Thyroid Testing

27 September 2023

The thyroid sits at the base of the throat and incorporates iodine from the diet into the hormones which regulate your metabolic processes (metabolism). 

You’ve probably heard of metabolism – it’s the process that helps your body burn calories and affects your heart rate, blood pressure and body temperature. 

Anyone of any age can be affected by thyroid issues. 

Hypo (underactive) vs Hyper (overactive)

Because the thyroid is involved in many body processes, if it doesn’t function at normal capacity, you can become unwell.

If your doctor suspects a thyroid issue, they may send you for a TSH (Thyroid Stimulating Hormone) test to look for symptoms of either hypothyroidism (low levels of Thyroid Stimulating Hormone) or hyperthyroidism (high levels of Thyroid Stimulating Hormone).

These can appear as: 


  • Fatigue
  • Weakness
  • Dry hair
  • Puffy face
  • Slow heart rate
  • Weight gain
  • Constipation
  • Irregular or heavy periods
  • Possible infertility and increased risk of miscarriage
  • Cold intolerance.


  • Hair loss
  • Fast heart rate
  • Weight loss
  • Diarrhoea
  • Bulging eyes
  • Infrequent menstrual periods with longer cycles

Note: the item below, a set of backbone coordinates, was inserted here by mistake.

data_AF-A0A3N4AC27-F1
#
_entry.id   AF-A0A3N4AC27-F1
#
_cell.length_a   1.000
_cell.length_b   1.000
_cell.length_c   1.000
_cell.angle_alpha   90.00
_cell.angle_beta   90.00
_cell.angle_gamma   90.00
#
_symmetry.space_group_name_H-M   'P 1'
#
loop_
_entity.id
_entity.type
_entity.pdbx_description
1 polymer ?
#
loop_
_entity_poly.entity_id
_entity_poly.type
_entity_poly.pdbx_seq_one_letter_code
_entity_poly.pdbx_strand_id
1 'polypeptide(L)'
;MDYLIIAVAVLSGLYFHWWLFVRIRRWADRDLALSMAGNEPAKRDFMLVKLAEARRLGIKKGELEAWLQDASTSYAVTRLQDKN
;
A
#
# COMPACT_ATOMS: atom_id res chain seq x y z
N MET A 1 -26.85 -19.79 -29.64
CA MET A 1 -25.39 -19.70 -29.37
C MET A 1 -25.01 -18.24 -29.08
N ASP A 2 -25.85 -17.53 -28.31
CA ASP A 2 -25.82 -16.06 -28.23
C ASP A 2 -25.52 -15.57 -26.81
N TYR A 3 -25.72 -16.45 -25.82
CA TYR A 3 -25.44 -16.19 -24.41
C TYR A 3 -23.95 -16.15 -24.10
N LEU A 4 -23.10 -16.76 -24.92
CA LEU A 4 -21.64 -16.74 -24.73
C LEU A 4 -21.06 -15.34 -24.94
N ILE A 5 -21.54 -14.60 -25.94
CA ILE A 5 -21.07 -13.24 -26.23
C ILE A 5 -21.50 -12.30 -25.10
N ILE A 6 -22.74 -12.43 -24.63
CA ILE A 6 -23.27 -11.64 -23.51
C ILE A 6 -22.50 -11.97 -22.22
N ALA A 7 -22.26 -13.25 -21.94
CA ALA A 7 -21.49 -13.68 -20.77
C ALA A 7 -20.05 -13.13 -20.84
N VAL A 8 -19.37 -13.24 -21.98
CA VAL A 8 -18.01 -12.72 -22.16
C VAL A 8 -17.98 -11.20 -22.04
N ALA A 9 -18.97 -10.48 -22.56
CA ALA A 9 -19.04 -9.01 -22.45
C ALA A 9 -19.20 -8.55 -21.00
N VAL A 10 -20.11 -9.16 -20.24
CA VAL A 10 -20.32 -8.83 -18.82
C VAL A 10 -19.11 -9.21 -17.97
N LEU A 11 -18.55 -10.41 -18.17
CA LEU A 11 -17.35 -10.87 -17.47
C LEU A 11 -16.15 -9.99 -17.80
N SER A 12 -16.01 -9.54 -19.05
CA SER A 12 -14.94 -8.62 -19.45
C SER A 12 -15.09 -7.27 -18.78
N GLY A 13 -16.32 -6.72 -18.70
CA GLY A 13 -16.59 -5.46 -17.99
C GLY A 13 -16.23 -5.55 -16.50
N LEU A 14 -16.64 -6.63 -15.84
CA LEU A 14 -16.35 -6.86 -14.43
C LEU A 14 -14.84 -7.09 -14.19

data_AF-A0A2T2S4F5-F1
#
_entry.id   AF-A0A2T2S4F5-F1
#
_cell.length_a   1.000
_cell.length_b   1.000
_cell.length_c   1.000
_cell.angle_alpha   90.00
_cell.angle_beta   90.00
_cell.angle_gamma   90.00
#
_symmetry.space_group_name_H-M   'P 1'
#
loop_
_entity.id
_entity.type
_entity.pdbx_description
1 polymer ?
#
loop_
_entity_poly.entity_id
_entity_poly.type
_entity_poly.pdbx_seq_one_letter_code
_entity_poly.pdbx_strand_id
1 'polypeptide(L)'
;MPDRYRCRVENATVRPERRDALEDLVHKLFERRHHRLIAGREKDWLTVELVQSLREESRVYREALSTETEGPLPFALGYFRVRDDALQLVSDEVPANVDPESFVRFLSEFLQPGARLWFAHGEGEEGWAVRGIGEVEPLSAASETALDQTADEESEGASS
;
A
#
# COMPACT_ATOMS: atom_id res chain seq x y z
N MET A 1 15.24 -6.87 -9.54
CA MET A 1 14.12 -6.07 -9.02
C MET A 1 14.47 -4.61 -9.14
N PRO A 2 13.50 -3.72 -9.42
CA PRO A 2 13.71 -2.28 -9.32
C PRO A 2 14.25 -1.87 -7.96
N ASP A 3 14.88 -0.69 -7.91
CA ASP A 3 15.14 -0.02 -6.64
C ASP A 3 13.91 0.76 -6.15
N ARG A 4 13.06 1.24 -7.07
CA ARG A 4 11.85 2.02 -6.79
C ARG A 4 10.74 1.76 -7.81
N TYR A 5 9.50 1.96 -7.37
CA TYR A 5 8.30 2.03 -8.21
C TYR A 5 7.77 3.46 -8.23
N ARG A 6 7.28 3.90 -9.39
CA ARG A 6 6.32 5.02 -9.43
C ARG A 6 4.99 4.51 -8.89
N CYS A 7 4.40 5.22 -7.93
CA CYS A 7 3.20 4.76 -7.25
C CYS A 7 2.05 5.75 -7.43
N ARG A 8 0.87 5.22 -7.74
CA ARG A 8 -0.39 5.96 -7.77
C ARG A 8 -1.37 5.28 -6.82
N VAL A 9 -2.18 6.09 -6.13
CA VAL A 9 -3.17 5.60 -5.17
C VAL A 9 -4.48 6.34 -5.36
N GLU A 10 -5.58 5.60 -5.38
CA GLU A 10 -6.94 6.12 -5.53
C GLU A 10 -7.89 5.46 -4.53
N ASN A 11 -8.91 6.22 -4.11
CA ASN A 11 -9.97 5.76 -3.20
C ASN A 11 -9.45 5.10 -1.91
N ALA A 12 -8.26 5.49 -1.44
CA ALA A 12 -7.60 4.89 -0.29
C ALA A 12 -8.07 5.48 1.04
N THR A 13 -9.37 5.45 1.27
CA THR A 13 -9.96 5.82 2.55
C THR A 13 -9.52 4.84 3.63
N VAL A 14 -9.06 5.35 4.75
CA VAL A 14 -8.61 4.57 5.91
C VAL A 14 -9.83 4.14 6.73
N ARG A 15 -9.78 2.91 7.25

• Nervousness
  • Sweating
  • Heat intolerance.

SA Pathology will test your blood sample for biomarkers of either condition.

Inside the lab

Once your sample arrives at the lab, the team will set up a screening test. The thyroid function test (TFT) is a very sensitive indicator of thyroid disease. This is because the pituitary gland detects small changes in circulating thyroid hormone levels and adjusts the TSH (thyroid stimulating hormone) accordingly.

However, there are a few situations where TSH may not be a good indicator of thyroid status, and then we also need to measure thyroid hormone levels.

If the clinical notes on the request form indicate previous abnormal results or known thyroid conditions, or if the TSH is outside the normal range, the laboratory will also perform free thyroxine (free T4) and sometimes free triiodothyronine (free T3) tests. 

These situations include:

  • Known or suspected pituitary disease.
  • Known thyroid disease- especially hyperthyroidism (overactive thyroid).
  • Absent periods not due to pregnancy, or infertility in either sex (as this may be due to pituitary or thyroid disease).
  • Dementia or psychiatric illness (as this may be due to thyroid disease).

Sometimes TSH and/or thyroid hormone levels are so unusual that the team will phone the requesting doctor; this is particularly the case for children and pregnant women, as thyroid hormone is essential for a growing child’s brain development. 

If thyroid function tests are very abnormal, the results are also reviewed by a pathologist, who may also contact the requesting clinician to discuss.

If you’ve spoken to your doctor and are ready to review your TSH levels, head to an SA Pathology collection centre near you.  

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